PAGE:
In taking forward the strategy, the MRC encourages research proposals in all aspects of CFS/ME, including studies into the causes of the condition as well as evaluations of treatments. Proposals that are received under the initiative will benefit from additional weighting when they are assessed in competition for MRC funds, as CFS/ME has been designated as a current priority area for research. Although scientific quality has to be the main criterion, CFS/ME is a priority area for research.
As has been discussed today, funding for two large clinical trials has already been approved as part of the CFS/ME strategy and the CSO is contributing £250,000 over five years towards the cost of one of them. However, the MRC remains committed to funding scientific research into all aspects of CFS/ME and is currently considering a number of other applications on which funding decisions will be taken shortly.
I say to David Davidson that it is not the case that the Scottish Executive does not support genetics in health care. In fact, we have recently funded a major initiative on genetics and health care throughout Scotland to the tune of £4.4 million. That is a hugely exciting development. Some very exciting work on genetics has gone on in recent years at the Roslin Institute in my Midlothian constituency. It is clear that research into genetics is hugely important for Scotland.
Robin Harper spoke about advice on CFS/ME. The widening of the definition of additional support needs in the Education (Additional Support for Learning) (Scotland) Act 2004, which comes into force later this year, could have potential benefits for affected youngsters. Some youngsters with CFS/ME come to the notice of teachers because they sometimes have an erratic attendance at school. I am happy to ask Peter Peacock, the Minister for Education and Young People, whether some specific reference to CFS/ME can be made in relevant guidance. Although I am not sure whether it is possible to make reference to all conditions, it would be useful to provide information for teachers. Having been a teacher who has worked with youngsters with CFS/ME, I am aware of the kind of difficulties experienced by such youngsters and their families.
Is the minister aware of an initiative that was launched jointly last year by the Tymes Trust for ME sufferers and a Japanese company, the name of which escapes me? They put together an information technology distance learning package specifically designed for people with conditions such as CFS/ME. If she is not aware of that, will she undertake to look into it to see whether it might have application in the delivery of education to sufferers in Scotland?
I am not aware of that initiative. I have been out of the teaching profession for a number of years, but if the member gives me some information on the initiative, I will be happy to consider it and discuss it with Peter Peacock.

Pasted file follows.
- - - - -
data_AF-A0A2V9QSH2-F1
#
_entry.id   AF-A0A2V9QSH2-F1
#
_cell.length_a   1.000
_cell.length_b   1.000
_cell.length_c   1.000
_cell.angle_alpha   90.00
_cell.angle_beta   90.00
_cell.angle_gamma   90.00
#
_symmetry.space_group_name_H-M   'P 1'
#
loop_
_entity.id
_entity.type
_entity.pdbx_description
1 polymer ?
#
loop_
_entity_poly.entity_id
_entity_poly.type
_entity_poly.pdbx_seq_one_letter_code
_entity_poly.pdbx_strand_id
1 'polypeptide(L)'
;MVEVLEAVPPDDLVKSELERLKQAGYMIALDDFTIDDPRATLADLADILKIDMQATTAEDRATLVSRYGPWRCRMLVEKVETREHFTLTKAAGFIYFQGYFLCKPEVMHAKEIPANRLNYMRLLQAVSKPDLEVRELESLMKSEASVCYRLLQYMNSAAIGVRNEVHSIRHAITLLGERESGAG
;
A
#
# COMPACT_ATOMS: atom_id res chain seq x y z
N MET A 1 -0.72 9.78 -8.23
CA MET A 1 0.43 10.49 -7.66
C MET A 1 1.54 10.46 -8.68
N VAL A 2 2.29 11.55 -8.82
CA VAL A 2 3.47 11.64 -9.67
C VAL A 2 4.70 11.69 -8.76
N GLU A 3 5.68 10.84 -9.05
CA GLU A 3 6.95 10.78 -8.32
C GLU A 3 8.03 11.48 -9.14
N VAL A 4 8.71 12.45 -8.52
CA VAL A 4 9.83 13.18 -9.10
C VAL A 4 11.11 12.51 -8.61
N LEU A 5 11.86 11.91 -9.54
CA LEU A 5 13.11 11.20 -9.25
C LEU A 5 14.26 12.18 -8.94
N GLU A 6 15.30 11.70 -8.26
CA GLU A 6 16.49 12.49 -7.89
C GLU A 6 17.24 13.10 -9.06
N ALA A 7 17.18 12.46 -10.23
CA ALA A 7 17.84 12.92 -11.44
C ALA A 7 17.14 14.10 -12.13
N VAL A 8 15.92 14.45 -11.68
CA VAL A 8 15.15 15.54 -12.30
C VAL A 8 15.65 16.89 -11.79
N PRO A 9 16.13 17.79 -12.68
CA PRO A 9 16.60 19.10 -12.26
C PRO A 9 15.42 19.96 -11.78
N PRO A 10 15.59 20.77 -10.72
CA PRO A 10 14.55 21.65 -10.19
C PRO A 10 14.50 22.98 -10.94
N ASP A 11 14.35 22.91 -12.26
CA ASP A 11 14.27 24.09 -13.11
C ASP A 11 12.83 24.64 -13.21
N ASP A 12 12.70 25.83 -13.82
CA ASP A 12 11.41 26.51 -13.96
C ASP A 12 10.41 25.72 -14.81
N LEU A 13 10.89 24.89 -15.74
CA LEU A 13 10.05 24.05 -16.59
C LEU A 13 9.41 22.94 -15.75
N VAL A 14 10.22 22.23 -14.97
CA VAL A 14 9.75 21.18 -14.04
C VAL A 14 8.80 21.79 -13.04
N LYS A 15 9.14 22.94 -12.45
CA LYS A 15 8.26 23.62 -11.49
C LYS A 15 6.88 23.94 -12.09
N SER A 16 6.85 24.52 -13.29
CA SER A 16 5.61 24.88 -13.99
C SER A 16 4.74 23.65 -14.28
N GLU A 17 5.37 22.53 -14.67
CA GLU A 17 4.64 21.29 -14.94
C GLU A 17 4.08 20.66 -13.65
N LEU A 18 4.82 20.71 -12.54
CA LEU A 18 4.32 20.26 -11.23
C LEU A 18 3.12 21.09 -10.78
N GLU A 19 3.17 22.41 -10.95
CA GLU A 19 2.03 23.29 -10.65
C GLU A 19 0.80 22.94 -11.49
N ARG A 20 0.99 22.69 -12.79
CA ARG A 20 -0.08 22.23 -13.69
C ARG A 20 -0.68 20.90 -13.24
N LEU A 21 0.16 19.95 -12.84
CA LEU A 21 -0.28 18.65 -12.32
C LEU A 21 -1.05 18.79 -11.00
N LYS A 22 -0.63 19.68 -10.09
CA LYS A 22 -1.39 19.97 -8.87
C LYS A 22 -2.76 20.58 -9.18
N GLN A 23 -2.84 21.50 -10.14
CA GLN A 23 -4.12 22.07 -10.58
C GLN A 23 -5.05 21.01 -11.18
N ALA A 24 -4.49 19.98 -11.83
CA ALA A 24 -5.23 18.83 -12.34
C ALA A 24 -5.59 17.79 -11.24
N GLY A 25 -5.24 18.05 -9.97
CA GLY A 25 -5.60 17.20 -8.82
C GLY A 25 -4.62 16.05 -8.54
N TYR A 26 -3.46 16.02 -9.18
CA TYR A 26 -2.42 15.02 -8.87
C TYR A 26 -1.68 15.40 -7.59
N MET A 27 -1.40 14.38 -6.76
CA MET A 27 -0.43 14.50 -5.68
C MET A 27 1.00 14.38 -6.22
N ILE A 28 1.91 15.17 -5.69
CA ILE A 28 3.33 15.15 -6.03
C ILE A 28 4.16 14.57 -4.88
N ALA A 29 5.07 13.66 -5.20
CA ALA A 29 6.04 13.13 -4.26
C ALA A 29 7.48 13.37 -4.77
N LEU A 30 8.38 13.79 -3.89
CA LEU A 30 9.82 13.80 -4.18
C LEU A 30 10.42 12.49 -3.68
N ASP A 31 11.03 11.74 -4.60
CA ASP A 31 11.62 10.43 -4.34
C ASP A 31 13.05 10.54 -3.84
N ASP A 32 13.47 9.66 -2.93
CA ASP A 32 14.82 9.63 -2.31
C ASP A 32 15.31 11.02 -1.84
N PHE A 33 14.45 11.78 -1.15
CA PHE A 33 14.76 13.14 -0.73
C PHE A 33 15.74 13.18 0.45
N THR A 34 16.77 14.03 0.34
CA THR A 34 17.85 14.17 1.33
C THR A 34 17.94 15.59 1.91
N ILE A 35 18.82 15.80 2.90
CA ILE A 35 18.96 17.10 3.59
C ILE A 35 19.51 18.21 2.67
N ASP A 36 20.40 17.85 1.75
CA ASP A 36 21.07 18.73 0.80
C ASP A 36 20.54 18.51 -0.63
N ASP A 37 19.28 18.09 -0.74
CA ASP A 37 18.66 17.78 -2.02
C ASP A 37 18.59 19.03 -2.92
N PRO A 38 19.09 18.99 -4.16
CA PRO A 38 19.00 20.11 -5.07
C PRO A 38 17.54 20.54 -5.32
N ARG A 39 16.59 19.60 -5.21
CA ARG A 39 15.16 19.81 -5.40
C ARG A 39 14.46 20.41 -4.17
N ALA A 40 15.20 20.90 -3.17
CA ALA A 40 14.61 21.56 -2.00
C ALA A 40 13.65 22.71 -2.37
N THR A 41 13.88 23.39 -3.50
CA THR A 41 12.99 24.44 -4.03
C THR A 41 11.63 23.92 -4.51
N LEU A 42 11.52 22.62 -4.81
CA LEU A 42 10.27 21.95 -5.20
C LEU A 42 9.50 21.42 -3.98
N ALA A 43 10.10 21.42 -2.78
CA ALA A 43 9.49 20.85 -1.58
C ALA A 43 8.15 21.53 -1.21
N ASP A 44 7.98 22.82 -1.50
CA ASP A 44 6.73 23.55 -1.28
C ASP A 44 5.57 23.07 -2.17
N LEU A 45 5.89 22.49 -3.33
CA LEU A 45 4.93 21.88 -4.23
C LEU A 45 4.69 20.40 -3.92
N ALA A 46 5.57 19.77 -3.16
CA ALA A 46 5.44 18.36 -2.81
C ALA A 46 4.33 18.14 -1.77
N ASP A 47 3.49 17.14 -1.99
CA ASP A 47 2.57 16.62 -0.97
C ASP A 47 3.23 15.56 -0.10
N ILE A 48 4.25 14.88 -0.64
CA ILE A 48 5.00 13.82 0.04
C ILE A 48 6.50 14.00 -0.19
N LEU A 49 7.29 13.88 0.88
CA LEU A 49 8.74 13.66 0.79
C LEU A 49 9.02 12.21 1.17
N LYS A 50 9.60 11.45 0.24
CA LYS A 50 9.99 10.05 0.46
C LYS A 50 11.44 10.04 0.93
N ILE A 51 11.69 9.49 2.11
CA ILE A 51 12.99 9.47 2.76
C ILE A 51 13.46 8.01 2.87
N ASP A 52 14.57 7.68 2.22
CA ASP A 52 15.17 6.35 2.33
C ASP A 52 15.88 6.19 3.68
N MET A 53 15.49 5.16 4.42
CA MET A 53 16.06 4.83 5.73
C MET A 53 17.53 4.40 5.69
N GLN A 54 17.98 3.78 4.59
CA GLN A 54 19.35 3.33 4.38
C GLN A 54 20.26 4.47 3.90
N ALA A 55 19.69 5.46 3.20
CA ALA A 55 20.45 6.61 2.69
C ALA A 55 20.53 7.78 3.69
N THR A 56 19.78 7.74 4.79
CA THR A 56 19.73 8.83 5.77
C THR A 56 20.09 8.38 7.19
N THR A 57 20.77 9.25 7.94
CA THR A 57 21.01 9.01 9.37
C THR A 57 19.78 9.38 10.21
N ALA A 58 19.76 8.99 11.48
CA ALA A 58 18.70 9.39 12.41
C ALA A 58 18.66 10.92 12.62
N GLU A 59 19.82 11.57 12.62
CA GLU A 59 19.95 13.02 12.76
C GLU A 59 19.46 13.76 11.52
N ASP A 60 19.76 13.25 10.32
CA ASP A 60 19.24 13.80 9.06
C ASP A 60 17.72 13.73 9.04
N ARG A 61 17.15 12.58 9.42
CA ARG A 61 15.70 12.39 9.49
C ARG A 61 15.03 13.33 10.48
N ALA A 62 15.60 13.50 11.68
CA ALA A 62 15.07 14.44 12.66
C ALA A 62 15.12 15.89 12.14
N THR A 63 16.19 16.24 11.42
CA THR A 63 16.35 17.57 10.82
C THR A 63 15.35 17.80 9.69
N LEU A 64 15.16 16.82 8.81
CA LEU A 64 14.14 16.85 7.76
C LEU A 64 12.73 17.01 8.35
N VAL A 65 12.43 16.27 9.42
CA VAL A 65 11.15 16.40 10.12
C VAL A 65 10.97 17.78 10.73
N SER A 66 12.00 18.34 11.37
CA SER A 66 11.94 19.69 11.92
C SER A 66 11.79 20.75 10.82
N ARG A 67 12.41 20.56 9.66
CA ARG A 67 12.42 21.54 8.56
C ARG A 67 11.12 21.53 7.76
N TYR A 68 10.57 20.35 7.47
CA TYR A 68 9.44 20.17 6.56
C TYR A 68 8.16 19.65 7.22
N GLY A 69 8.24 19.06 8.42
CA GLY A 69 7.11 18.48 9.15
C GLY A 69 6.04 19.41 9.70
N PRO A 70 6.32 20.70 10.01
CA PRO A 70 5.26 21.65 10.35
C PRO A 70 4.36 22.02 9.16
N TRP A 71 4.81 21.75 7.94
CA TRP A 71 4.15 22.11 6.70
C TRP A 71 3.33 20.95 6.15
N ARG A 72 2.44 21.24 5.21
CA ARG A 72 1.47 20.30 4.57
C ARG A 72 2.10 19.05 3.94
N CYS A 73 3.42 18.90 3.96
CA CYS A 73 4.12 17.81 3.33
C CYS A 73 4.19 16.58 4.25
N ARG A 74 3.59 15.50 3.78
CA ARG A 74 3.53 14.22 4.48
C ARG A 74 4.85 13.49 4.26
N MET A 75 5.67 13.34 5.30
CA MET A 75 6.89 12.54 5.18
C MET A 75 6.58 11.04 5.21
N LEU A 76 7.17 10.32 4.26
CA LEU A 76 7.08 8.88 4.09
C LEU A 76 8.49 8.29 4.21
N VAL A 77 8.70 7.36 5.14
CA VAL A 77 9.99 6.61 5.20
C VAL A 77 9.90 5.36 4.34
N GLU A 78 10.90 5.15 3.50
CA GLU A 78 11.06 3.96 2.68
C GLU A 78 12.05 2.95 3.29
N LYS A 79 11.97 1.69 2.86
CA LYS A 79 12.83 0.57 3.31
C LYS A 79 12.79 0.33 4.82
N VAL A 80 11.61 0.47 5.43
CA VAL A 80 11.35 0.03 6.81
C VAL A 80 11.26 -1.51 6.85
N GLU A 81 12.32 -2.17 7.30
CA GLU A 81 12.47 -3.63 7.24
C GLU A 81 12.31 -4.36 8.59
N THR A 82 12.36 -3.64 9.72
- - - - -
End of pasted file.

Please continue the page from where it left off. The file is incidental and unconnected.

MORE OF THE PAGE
On the wider issues of services for people with CFS/ME, we set up a short-life working group on chronic fatigue syndrome and myalgic encephalomyelitis and we asked NHS boards to advise us of progress on the planning of services for people with CFS/ME. As has been discussed, the responses from health boards showed that,
We recently received the report of the working group on the management of chronic conditions, which was set up as part of the national framework for service change. Of course, that report relates to all long-term illnesses, but it has an important message on chronic conditions for all of us. We will consider its recommendations for improvements.
We have recently given grant funding to the voluntary organisation Action for ME to develop information packs for general practitioners. That work has already been done in England, and it is hugely important.
I am happy to reaffirm the commitments that I made to the Health Committee on 26 April. We will arrange for an assessment of needs as soon as possible and we will fund NHS Quality Improvement Scotland to produce a best-practice statement on ME as part of its current work programme. Finally, we will ensure that the good-practice clinical guidelines on CFS and ME that are being developed by the National Institute for Clinical Excellence are made available to the NHS in Scotland at the earliest opportunity.
It would be churlish of me, as convener of the cross-party group on ME, not to acknowledge and be grateful for the steps that have been taken, albeit that they have been taken over a longer period of time than one would have wished. I acknowledge those steps entirely, but does the minister accept that if Dr Gow's research project comes to fruition and delivers the promise that it might deliver, all the steps that she outlined will be completely unnecessary?